O’ Say Can You See Who’s Watching Me
By Keisha Jackson
An elderly man is awakened by a phone call, “Your grandson is incarcerated in a foreign jail and asked that I contact you to pay his bail before his first sergeant is notified.” A woman goes door-to-door asking for charitable donations to support troops aiding an orphanage overseas. A military couple reads a letter received in the mail regarding a VA Loan Program that guarantees a low rate. A veteran family caregiver talks on the phone with a gentleman who says he represents the Veterans Administration and needs her son’s social security number and a copy of his DD 214 to process a disability claim. Although there are legitimate organizations and individuals looking to connect with and support our military/veterans and their families, before releasing yours or your loved one’s information, ask yourself… O’ Say Can You See Who’s Watching Me?
From January 2017 through September 2021, military consumers told the Federal Trade Commission about more than 961,000 reports related to fraud, identity theft, or other consumer issue. In 2021 fraud cost veterans, active service members and their families $267 million.
In Nov 2021, AARP conducted a survey which concluded veterans, active-duty service members and their families are nearly 40% more likely than civilians to lose money to scams and fraud.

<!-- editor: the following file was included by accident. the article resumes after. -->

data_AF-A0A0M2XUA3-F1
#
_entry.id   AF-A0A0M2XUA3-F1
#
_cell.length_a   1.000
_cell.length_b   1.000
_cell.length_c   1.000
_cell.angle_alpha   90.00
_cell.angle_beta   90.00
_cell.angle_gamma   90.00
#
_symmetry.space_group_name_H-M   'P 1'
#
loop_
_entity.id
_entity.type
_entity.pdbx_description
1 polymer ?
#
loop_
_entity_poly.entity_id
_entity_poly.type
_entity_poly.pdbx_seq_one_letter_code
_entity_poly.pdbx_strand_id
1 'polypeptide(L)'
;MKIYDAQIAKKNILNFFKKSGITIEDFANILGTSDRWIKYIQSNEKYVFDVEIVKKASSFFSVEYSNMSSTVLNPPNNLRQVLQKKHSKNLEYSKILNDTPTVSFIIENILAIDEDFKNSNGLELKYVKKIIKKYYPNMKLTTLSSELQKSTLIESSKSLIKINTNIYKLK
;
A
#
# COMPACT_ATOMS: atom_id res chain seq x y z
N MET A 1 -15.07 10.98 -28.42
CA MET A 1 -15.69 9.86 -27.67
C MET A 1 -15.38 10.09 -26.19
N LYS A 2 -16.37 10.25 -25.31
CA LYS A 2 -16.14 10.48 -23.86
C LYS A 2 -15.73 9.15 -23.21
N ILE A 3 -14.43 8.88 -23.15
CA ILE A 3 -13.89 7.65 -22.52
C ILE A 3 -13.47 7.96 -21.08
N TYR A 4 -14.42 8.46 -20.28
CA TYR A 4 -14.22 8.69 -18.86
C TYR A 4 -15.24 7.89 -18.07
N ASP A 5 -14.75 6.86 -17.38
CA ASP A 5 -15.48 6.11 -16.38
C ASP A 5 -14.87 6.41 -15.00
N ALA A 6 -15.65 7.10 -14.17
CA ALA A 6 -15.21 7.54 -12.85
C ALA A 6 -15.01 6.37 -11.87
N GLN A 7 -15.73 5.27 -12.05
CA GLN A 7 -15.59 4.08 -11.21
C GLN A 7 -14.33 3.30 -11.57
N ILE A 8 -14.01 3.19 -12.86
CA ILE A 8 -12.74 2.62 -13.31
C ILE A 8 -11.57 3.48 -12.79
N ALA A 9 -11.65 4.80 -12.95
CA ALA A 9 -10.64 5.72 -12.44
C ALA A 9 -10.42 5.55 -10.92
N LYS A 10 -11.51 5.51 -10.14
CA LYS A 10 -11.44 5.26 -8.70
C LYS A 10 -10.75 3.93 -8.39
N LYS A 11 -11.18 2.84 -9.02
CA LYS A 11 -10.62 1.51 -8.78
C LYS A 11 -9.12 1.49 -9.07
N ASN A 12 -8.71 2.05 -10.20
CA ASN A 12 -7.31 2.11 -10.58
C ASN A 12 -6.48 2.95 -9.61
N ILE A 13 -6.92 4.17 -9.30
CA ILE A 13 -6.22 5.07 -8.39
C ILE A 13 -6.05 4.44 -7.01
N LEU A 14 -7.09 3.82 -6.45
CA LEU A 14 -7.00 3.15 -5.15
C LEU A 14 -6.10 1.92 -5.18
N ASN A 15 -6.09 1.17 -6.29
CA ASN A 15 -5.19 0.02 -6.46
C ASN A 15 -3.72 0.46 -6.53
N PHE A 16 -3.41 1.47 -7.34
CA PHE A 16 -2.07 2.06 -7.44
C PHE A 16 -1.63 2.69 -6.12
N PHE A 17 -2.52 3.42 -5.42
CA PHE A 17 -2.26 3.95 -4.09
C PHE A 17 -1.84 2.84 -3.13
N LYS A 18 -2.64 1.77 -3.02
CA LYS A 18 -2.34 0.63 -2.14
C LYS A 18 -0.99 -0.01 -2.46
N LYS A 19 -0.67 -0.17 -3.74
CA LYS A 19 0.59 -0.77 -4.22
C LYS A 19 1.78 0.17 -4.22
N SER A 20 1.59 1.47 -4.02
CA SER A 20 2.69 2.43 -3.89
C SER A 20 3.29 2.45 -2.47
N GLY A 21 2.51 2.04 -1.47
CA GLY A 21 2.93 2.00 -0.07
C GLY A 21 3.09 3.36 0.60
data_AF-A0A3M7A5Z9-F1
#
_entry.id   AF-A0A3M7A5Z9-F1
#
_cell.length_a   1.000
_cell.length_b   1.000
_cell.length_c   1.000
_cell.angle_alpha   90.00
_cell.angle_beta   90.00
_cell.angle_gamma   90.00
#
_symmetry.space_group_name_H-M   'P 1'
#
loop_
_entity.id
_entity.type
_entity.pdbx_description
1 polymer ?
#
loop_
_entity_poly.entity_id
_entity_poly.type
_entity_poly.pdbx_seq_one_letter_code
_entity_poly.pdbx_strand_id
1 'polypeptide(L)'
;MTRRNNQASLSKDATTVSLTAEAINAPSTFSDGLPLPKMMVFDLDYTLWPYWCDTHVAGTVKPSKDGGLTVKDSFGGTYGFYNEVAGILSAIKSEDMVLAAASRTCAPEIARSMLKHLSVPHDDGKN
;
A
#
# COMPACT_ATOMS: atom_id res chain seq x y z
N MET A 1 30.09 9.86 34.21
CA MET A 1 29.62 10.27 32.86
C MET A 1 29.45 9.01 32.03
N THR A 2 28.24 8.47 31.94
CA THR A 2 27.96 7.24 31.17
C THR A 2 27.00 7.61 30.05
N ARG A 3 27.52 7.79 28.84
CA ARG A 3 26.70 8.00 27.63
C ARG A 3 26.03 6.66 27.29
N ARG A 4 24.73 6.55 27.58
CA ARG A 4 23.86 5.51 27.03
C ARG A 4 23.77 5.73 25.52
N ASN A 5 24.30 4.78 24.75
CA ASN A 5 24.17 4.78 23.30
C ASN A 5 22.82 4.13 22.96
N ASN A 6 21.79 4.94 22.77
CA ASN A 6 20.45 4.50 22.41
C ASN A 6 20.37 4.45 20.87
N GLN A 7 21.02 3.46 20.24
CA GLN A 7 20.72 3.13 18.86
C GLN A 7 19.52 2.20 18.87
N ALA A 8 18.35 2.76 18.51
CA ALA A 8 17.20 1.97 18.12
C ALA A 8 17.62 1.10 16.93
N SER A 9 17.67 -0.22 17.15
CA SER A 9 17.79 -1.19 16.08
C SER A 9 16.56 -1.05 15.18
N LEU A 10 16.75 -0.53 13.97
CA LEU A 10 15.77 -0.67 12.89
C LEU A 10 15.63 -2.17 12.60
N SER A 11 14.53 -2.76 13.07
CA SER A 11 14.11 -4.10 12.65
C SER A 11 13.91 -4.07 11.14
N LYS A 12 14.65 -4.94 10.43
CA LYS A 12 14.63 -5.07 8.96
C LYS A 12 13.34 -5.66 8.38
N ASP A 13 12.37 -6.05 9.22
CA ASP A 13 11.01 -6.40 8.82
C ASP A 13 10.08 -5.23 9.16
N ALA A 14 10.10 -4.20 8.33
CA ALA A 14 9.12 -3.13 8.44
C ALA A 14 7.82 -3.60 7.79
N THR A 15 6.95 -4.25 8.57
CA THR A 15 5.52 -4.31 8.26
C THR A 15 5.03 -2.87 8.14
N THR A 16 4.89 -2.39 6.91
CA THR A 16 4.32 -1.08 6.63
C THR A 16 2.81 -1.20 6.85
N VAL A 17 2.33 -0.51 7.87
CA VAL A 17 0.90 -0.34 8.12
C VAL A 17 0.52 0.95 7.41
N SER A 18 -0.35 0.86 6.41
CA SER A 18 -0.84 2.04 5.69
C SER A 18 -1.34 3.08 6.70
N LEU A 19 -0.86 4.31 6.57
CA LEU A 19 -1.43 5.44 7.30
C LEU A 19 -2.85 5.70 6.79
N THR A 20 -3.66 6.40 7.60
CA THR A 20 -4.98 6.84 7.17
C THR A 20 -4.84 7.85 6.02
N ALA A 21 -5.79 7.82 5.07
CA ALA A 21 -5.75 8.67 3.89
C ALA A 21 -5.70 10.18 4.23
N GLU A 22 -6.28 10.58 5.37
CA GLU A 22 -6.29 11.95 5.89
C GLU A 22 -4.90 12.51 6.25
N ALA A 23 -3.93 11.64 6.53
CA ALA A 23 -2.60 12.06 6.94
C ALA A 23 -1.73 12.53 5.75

Scammers know veterans have a sense of community and believe in giving back.
Scammers find background information about the military community.
Scammers often use military jargon to relate.
Scammers are no respecter of person—WWI and Korean U.S. Navy Officer, Federal Judge, former FBI and CIA Director William Webster and his wife were targeted (https://youtu.be/yqsgKsO6H_c)
Common military, veteran, and family members scams:
To help combat, veterans, active-duty service members and their families from being scammed, AARP launched the Veterans Fraud Center, an online education and resource hub with information on the latest scams targeting the military community (https://campaigns.aarp.org/vets-fraud-center/).
Ways to protect yourself and your loved ones:
Ways to report scams:
Scammers change their tactics. They may replicate phone numbers that appear real on the caller ID and text messages, send phishing emails, troll communities, or set up fake organizations, websites, and social media accounts.
Before releasing any of yours or your loved one’s personal information (especially when unsolicited) ask yourself…, O’ Say Can You See Who’s Watching Me?